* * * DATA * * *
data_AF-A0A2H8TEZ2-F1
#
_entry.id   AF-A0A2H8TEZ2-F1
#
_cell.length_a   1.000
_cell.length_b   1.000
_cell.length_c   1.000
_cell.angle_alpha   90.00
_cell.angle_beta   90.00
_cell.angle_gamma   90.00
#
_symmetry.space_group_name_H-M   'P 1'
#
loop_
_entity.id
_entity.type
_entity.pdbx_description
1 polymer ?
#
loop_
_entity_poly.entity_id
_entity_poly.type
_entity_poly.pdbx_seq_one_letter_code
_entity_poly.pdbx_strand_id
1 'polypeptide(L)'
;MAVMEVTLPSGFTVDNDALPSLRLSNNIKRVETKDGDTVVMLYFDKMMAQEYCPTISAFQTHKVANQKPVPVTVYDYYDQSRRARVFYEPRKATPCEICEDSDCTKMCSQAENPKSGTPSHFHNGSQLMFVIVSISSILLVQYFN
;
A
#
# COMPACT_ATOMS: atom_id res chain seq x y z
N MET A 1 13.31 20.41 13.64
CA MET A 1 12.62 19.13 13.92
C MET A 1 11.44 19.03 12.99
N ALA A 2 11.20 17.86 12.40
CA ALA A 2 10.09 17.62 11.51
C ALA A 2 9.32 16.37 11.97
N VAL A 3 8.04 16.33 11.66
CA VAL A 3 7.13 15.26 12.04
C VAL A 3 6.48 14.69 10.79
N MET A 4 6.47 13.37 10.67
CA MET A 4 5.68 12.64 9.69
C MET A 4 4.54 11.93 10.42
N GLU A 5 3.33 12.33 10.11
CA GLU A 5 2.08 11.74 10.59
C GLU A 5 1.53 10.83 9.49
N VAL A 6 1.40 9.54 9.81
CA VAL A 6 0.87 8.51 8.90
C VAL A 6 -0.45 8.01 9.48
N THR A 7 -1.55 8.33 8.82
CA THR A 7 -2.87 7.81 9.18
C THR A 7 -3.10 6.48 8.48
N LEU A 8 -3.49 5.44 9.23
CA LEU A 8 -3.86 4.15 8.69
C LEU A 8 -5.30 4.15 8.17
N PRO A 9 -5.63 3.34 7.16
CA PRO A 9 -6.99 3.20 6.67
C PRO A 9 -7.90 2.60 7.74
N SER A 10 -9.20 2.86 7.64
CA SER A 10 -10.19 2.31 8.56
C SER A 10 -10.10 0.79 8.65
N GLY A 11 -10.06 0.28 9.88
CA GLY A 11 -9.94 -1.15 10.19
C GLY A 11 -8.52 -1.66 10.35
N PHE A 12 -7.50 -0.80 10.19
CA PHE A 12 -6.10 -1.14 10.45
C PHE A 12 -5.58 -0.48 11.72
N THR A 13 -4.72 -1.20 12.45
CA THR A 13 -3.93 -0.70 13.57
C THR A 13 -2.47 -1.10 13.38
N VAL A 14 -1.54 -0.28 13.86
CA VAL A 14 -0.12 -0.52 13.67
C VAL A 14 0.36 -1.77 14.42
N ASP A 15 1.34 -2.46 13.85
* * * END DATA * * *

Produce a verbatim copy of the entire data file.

data_AF-A0A2H8TEZ2-F1
#
_entry.id   AF-A0A2H8TEZ2-F1
#
_cell.length_a   1.000
_cell.length_b   1.000
_cell.length_c   1.000
_cell.angle_alpha   90.00
_cell.angle_beta   90.00
_cell.angle_gamma   90.00
#
_symmetry.space_group_name_H-M   'P 1'
#
loop_
_entity.id
_entity.type
_entity.pdbx_description
1 polymer ?
#
loop_
_entity_poly.entity_id
_entity_poly.type
_entity_poly.pdbx_seq_one_letter_code
_entity_poly.pdbx_strand_id
1 'polypeptide(L)'
;MAVMEVTLPSGFTVDNDALPSLRLSNNIKRVETKDGDTVVMLYFDKMMAQEYCPTISAFQTHKVANQKPVPVTVYDYYDQSRRARVFYEPRKATPCEICEDSDCTKMCSQAENPKSGTPSHFHNGSQLMFVIVSISSILLVQYFN
;
A
#
# COMPACT_ATOMS: atom_id res chain seq x y z
N MET A 1 13.31 20.41 13.64
CA MET A 1 12.62 19.13 13.92
C MET A 1 11.44 19.03 12.99
N ALA A 2 11.20 17.86 12.40
CA ALA A 2 10.09 17.62 11.51
C ALA A 2 9.32 16.37 11.97
N VAL A 3 8.04 16.33 11.66
CA VAL A 3 7.13 15.26 12.04
C VAL A 3 6.48 14.69 10.79
N MET A 4 6.47 13.37 10.67
CA MET A 4 5.68 12.64 9.69
C MET A 4 4.54 11.93 10.42
N GLU A 5 3.33 12.33 10.11
CA GLU A 5 2.08 11.74 10.59
C GLU A 5 1.53 10.83 9.49
N VAL A 6 1.40 9.54 9.81
CA VAL A 6 0.87 8.51 8.90
C VAL A 6 -0.45 8.01 9.48
N THR A 7 -1.55 8.33 8.82
CA THR A 7 -2.87 7.81 9.18
C THR A 7 -3.10 6.48 8.48
N LEU A 8 -3.49 5.44 9.23
CA LEU A 8 -3.86 4.15 8.69
C LEU A 8 -5.30 4.15 8.17
N PRO A 9 -5.63 3.34 7.16
CA PRO A 9 -6.99 3.20 6.67
C PRO A 9 -7.90 2.60 7.74
N SER A 10 -9.20 2.86 7.64
CA SER A 10 -10.19 2.31 8.56
C SER A 10 -10.10 0.79 8.65
N GLY A 11 -10.06 0.28 9.88
CA GLY A 11 -9.94 -1.15 10.19
C GLY A 11 -8.52 -1.66 10.35
N PHE A 12 -7.50 -0.80 10.19
CA PHE A 12 -6.10 -1.14 10.45
C PHE A 12 -5.58 -0.48 11.72
N THR A 13 -4.72 -1.20 12.45
CA THR A 13 -3.93 -0.70 13.57
C THR A 13 -2.47 -1.10 13.38
N VAL A 14 -1.54 -0.28 13.86
CA VAL A 14 -0.12 -0.52 13.67
C VAL A 14 0.36 -1.77 14.42
N ASP A 15 1.34 -2.46 13.85